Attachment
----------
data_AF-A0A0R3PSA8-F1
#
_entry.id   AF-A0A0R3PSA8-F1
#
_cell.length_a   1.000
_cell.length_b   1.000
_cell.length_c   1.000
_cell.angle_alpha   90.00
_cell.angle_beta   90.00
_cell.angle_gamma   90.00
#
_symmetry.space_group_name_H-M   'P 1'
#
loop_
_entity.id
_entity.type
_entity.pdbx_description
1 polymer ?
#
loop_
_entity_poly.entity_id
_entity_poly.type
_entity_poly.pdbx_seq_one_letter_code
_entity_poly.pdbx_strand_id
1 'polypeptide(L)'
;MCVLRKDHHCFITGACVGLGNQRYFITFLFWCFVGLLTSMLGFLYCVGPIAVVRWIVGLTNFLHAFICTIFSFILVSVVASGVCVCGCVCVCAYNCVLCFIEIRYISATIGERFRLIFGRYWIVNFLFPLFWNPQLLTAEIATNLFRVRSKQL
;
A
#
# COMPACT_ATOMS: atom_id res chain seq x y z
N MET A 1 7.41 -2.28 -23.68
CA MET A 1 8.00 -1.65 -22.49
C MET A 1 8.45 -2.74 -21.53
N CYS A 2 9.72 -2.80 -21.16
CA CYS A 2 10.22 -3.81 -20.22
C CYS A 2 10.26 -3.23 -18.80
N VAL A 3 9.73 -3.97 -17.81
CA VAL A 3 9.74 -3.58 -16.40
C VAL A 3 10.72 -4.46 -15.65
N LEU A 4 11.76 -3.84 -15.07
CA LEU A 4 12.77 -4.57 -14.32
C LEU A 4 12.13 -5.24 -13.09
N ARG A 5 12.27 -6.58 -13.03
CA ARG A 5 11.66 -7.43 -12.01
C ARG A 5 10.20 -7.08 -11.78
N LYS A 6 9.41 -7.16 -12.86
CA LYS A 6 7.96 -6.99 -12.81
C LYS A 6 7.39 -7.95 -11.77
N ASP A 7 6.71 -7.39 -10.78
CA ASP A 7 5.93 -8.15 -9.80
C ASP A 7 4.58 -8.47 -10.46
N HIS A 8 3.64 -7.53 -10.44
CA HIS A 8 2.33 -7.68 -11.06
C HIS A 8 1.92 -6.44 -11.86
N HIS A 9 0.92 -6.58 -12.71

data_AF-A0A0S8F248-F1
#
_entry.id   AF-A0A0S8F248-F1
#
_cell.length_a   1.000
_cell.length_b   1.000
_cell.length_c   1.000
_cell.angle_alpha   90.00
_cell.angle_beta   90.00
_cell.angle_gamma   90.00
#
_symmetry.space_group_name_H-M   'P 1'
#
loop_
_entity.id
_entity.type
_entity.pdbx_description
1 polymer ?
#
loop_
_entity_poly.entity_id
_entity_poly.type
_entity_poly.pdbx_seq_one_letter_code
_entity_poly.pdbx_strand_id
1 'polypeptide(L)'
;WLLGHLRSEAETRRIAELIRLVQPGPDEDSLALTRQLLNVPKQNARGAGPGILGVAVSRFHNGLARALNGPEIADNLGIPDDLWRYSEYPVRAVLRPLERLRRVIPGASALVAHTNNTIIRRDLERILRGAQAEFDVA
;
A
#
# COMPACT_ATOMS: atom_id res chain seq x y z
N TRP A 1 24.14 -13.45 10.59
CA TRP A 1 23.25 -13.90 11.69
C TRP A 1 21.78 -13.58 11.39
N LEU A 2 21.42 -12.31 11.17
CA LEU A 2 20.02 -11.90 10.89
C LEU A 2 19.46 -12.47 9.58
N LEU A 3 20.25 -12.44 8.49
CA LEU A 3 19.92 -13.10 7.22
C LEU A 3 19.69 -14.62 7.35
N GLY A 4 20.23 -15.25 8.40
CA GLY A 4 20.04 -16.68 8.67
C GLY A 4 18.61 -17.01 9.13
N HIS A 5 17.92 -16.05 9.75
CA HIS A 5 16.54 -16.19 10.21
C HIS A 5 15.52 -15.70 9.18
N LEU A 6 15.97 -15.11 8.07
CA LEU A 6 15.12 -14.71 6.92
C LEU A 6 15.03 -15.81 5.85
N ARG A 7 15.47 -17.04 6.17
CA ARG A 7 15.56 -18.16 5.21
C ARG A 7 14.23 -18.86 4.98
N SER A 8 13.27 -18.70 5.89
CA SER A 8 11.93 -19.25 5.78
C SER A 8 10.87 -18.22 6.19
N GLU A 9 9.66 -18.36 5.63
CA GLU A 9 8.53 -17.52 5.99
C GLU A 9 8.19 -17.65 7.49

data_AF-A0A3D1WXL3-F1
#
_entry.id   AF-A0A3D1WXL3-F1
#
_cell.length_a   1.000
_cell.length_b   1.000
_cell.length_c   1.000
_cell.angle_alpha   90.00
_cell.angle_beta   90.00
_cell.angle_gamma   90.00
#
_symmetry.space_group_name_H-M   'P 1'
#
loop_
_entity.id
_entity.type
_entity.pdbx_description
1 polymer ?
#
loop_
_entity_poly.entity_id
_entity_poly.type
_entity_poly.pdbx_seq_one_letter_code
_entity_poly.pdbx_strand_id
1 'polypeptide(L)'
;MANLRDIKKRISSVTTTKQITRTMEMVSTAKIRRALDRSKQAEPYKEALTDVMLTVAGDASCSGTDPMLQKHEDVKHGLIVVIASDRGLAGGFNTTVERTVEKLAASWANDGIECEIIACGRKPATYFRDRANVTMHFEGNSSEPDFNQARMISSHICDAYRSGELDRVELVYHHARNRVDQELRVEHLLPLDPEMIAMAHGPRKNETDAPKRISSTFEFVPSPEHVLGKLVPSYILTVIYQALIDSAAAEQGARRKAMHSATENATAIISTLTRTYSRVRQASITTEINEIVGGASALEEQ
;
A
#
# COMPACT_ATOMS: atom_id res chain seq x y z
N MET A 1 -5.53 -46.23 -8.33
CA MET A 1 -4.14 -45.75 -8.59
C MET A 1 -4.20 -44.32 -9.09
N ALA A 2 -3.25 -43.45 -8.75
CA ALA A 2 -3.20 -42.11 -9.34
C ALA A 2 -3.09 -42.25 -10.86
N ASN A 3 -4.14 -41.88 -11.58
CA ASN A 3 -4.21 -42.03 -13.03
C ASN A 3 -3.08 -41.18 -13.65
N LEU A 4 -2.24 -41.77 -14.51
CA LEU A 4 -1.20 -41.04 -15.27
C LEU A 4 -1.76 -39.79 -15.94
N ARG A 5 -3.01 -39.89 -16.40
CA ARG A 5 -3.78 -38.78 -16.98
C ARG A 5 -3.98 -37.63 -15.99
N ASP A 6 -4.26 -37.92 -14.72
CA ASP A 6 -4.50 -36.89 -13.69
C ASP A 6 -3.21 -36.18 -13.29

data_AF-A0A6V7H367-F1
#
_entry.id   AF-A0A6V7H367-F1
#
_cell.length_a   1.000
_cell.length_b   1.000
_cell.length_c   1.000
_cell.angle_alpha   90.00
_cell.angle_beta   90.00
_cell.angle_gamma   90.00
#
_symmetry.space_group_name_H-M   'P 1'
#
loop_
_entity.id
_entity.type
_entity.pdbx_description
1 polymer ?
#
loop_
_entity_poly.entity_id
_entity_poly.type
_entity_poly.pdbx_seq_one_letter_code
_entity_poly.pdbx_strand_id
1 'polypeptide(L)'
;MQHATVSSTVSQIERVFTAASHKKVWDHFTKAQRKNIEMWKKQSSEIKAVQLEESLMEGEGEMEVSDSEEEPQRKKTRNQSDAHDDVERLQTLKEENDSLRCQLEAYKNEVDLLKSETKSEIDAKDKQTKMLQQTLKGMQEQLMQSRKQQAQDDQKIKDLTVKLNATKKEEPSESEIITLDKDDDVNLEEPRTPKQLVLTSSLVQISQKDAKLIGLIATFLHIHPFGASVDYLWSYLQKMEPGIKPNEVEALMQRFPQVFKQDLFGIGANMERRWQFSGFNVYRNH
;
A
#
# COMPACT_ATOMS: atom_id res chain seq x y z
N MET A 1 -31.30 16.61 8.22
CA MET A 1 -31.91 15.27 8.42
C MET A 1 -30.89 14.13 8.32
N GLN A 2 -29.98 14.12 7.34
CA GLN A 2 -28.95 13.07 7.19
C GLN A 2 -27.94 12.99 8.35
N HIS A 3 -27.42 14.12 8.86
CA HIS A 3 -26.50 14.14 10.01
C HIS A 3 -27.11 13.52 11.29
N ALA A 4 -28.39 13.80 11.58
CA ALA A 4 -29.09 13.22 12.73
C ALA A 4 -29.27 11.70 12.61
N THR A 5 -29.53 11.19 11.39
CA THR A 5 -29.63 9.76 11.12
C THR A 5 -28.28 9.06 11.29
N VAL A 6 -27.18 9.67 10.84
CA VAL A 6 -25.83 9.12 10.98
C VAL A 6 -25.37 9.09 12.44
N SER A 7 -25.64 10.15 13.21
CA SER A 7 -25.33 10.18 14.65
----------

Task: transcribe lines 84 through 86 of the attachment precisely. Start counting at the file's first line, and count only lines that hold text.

#
# COMPACT_ATOMS: atom_id res chain seq x y z
N TRP A 1 24.14 -13.45 10.59